Photo by Carlotta Mohamed/QNS
City Comptroller Scott Stringer (c.) and Senator James Sanders Jr. visit the southeast Queens neighborhood affected by the sewer back-up that severely damaged homes this past weekend.

Following a massive sewer backup that flooded homes in southeast Queens this past weekend, City Comptroller Scott Stringer on Monday visited impacted homeowners seeking assistance at the Courtyard Marriott Hotel. 

Distraught homeowners patiently waited in line at the service center, located downstairs in the Courtyard Marriott, at 145-11 North Conduit Ave. in Jamaica, to fill out a notice of claim from the Comptroller’s Office in order to be reimbursed for out-of-pocket expenses. 

Stringer speaks with a homeowner impacted by the flood. (Photo by Carlotta Mohamed)

“My heart goes out to all who have been impacted by this sewage backup. To expedite cleanup and removal, we have granted emergency procurement authority to the city,” Stringer said. “DEP and my office will be investigating the cause of this sewer backup. As the cause of the incident is investigated, I urge impacted homeowners to file a notice of claim with my office within 90 days of the incident and to contact their insurance companies immediately.”

Following the incident, residents say the city’s response in providing emergency services has been “quite slow.” 

After making numerous calls to 311 and filing a complaint, homeowner Narendra Singh purchased his own equipment to pump the raw sewage in his basement, he said. 

“I got help last night from DEP to pump water. I don’t have no heat and no water and am helping myself out now,” said Singh, before he went to file a notice of claim. “This is a disaster with 2 feet of water that has damaged my brand-new boiler and everything else down there.”

Homeowner Bina Balgobin was forced to leave her home due to the unbearable stench. 

“We were sleeping in the car because they said they were going to send us to Astoria, and we didn’t go because that’s too far,” Balgobin said. “It’s been crazy with that stinky smell and the flooding in the basement. The boiler was broken and we fixed it. It was almost between 2 and 3 feet of water in the basement. We needed at least seven pumps to get rid of the water.”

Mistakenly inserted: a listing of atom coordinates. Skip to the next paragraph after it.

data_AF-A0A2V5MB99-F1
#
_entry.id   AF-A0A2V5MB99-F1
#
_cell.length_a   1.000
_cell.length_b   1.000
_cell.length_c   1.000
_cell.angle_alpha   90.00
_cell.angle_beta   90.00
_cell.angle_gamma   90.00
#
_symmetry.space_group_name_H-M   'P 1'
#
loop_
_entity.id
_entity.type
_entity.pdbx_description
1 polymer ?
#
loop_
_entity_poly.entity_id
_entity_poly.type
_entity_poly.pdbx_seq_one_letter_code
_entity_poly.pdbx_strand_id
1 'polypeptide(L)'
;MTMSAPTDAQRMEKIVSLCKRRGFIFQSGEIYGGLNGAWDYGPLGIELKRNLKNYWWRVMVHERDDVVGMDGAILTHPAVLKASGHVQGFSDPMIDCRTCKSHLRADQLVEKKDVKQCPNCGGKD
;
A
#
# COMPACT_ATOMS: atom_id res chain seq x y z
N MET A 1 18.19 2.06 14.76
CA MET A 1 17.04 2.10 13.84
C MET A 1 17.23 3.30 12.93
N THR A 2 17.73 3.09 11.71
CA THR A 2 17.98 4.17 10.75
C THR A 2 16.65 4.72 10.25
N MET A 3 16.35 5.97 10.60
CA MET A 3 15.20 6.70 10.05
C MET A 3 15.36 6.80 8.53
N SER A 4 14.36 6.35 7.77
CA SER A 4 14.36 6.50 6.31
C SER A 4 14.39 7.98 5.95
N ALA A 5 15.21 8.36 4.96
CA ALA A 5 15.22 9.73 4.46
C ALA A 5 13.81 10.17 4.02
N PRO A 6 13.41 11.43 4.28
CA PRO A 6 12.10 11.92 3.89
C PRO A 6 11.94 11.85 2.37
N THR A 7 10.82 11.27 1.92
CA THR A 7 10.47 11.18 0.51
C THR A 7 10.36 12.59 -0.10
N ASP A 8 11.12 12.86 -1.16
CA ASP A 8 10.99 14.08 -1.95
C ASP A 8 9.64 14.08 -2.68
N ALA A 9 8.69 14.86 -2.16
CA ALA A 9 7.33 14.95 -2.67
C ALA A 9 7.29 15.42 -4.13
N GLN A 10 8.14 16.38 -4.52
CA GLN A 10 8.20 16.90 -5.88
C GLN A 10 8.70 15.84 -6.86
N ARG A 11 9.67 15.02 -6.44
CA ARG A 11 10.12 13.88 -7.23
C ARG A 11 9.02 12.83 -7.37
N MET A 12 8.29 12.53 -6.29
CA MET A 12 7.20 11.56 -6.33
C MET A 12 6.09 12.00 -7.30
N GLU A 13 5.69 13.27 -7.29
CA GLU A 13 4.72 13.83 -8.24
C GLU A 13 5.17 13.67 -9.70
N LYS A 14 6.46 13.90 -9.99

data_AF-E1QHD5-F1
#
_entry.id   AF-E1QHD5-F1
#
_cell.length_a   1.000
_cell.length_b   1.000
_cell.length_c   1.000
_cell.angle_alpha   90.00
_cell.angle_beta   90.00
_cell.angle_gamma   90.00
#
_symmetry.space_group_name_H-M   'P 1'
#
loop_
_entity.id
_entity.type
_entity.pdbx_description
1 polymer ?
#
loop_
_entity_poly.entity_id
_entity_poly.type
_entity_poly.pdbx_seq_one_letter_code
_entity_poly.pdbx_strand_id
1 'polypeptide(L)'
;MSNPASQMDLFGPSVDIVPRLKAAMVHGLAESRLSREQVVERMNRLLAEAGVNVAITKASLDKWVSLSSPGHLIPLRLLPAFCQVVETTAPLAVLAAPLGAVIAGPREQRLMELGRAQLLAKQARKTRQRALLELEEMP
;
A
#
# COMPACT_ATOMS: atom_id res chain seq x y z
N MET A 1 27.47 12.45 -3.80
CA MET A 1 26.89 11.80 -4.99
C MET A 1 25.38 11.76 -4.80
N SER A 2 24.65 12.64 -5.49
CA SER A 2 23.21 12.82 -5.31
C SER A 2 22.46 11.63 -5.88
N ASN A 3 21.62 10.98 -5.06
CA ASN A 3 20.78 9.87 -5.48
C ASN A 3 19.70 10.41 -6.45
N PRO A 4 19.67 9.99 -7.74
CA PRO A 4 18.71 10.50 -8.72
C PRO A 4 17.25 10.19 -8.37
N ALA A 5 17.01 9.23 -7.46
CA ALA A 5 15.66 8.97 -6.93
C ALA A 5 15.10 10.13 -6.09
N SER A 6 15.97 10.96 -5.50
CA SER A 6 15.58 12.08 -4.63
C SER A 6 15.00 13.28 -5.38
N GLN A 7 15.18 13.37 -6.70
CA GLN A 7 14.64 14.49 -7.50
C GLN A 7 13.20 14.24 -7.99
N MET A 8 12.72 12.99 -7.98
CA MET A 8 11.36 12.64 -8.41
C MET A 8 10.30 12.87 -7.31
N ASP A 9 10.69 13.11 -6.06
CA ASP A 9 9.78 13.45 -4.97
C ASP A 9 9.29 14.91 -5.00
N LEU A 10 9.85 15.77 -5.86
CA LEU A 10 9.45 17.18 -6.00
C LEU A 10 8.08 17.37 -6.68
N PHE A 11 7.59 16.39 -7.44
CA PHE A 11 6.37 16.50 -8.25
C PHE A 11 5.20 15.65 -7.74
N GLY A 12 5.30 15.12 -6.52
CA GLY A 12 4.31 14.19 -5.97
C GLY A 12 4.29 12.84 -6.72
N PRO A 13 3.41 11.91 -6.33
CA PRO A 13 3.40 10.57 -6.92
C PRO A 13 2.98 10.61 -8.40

Department of Environmental Protection (DEP) workers have been on-site pumping raw sewage from the affected homes. (Photo by Carlotta)

Meanwhile, Mayor Bill de Blasio visited the site this afternoon to assess the damage and updates on repairs while meeting with a homeowner. While repairs are ongoing, the Department of Environmental Protection (DEP) and NYC Emergency Management are ensuring that homeowners receive services they need. 

The Department of Small Business Services is working with Emergency Management on the effort, and cleaning is expected to begin tonight. The city noted that drinking water remains safe and unaffected. 

“I feel for the homeowners in Queens who were affected by the sewage blockage this weekend,” de Blasio said. “We are implementing the emergency procurement process to ensure that homes are cleaned quickly, and we are going to work with each and every New Yorker who experienced flooding to make sure they get back on their feet.”

To date, the city has confirmed that 74 homes were affected by flooding. The Department of Environmental Protection (DEP) has installed a bypass pump to assist with flooding while repairs to the sewage line are ongoing and additional equipment is brought into the area. 

The New York City Emergency Management and the FDNY are bringing in portable heaters for those whose boilers were affected, and has set-up emergency resources in the area to immediately respond to any emergencies.

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